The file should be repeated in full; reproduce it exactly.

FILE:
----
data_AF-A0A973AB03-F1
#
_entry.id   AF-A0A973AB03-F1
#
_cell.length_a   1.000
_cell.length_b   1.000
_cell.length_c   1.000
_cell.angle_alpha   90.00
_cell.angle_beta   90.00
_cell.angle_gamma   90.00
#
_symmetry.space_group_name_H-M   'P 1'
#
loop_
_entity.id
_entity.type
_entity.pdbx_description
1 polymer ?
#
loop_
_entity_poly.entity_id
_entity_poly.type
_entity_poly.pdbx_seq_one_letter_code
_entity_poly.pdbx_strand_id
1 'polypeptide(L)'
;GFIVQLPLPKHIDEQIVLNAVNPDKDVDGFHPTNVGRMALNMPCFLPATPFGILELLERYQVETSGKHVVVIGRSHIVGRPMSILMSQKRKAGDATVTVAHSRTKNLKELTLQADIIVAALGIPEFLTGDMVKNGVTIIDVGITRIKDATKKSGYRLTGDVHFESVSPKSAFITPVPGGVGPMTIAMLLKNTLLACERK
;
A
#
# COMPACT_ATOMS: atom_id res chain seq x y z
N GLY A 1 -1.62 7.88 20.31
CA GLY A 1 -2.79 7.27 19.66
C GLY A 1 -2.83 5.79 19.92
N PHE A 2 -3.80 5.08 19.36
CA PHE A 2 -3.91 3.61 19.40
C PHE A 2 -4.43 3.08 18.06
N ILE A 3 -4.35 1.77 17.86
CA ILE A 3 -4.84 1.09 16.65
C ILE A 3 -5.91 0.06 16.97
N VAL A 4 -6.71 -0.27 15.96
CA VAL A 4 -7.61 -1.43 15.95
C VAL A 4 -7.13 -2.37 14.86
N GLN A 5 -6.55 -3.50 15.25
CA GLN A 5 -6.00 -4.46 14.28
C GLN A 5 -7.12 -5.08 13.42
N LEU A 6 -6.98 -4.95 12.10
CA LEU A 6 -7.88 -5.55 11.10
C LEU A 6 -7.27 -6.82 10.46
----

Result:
data_AF-A0A973AB03-F1
#
_entry.id   AF-A0A973AB03-F1
#
_cell.length_a   1.000
_cell.length_b   1.000
_cell.length_c   1.000
_cell.angle_alpha   90.00
_cell.angle_beta   90.00
_cell.angle_gamma   90.00
#
_symmetry.space_group_name_H-M   'P 1'
#
loop_
_entity.id
_entity.type
_entity.pdbx_description
1 polymer ?
#
loop_
_entity_poly.entity_id
_entity_poly.type
_entity_poly.pdbx_seq_one_letter_code
_entity_poly.pdbx_strand_id
1 'polypeptide(L)'
;GFIVQLPLPKHIDEQIVLNAVNPDKDVDGFHPTNVGRMALNMPCFLPATPFGILELLERYQVETSGKHVVVIGRSHIVGRPMSILMSQKRKAGDATVTVAHSRTKNLKELTLQADIIVAALGIPEFLTGDMVKNGVTIIDVGITRIKDATKKSGYRLTGDVHFESVSPKSAFITPVPGGVGPMTIAMLLKNTLLACERK
;
A
#
# COMPACT_ATOMS: atom_id res chain seq x y z
N GLY A 1 -1.62 7.88 20.31
CA GLY A 1 -2.79 7.27 19.66
C GLY A 1 -2.83 5.79 19.92
N PHE A 2 -3.80 5.08 19.36
CA PHE A 2 -3.91 3.61 19.40
C PHE A 2 -4.43 3.08 18.06
N ILE A 3 -4.35 1.77 17.86
CA ILE A 3 -4.84 1.09 16.65
C ILE A 3 -5.91 0.06 16.97
N VAL A 4 -6.71 -0.27 15.96
CA VAL A 4 -7.61 -1.43 15.95
C VAL A 4 -7.13 -2.37 14.86
N GLN A 5 -6.55 -3.50 15.25
CA GLN A 5 -6.00 -4.46 14.28
C GLN A 5 -7.12 -5.08 13.42
N LEU A 6 -6.98 -4.95 12.10
CA LEU A 6 -7.88 -5.55 11.10
C LEU A 6 -7.27 -6.82 10.46